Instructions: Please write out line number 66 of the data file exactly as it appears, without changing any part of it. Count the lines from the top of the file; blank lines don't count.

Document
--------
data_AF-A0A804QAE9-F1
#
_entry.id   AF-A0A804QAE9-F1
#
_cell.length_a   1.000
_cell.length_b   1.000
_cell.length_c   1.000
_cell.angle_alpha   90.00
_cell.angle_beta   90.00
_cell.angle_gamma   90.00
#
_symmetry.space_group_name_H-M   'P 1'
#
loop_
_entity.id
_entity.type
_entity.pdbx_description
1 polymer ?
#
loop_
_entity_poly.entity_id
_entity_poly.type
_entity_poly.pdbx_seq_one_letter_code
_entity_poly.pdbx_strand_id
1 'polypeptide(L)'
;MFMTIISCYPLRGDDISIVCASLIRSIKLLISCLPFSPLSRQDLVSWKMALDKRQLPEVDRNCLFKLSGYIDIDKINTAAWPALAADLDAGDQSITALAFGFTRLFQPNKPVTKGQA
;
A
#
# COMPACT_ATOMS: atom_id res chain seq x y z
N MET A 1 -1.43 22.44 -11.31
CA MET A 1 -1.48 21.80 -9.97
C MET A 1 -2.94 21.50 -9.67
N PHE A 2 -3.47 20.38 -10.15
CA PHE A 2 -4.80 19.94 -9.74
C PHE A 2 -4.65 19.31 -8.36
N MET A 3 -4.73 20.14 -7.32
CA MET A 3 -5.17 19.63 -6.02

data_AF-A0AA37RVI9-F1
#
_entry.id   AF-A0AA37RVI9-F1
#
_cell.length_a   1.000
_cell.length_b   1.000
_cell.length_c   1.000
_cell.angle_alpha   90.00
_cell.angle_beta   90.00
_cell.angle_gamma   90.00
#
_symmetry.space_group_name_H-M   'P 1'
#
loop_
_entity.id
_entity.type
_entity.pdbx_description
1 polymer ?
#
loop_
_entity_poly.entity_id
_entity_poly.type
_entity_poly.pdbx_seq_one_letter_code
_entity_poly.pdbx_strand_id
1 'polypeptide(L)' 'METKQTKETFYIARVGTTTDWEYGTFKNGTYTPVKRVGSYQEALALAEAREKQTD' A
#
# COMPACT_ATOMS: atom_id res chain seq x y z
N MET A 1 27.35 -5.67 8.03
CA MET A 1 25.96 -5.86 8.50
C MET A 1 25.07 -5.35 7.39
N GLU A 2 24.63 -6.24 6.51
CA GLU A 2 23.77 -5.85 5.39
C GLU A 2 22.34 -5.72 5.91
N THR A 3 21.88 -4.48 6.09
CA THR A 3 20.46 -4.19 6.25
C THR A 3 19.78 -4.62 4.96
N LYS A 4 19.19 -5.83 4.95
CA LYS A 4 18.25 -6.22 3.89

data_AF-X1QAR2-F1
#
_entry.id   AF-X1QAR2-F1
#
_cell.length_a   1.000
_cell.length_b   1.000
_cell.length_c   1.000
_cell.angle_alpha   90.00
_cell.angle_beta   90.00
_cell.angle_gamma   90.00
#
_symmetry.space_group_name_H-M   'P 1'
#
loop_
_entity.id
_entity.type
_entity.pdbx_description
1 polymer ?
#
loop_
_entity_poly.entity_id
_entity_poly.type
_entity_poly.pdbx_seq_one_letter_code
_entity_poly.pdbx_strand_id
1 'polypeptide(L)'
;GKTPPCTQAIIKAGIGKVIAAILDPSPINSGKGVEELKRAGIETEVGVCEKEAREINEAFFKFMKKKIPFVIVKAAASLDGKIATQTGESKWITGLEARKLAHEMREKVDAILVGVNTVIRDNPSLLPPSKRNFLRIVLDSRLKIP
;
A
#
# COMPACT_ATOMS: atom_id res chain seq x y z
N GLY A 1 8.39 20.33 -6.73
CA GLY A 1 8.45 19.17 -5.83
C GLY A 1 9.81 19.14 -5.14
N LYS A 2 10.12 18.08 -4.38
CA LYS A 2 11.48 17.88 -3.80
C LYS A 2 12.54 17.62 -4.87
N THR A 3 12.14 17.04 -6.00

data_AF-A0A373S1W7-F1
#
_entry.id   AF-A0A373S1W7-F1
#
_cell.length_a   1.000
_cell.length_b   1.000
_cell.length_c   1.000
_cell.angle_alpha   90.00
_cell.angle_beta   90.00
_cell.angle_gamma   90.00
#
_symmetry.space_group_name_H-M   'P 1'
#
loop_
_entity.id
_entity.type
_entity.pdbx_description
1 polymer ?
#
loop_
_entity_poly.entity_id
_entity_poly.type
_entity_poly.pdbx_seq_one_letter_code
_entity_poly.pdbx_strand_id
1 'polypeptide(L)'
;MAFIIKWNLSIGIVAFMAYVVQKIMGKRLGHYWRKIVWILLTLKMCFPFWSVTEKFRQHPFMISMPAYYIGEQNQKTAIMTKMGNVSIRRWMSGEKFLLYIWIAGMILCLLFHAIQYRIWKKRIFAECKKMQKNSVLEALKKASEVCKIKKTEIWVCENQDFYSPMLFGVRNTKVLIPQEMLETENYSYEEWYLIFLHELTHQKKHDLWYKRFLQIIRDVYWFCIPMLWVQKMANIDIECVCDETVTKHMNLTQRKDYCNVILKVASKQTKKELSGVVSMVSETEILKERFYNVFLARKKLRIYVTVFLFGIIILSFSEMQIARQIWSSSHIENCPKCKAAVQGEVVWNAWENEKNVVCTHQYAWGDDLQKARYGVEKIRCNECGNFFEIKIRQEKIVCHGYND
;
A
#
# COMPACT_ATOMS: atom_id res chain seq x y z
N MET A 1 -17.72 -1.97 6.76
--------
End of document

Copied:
N MET A 1 27.35 -5.67 8.03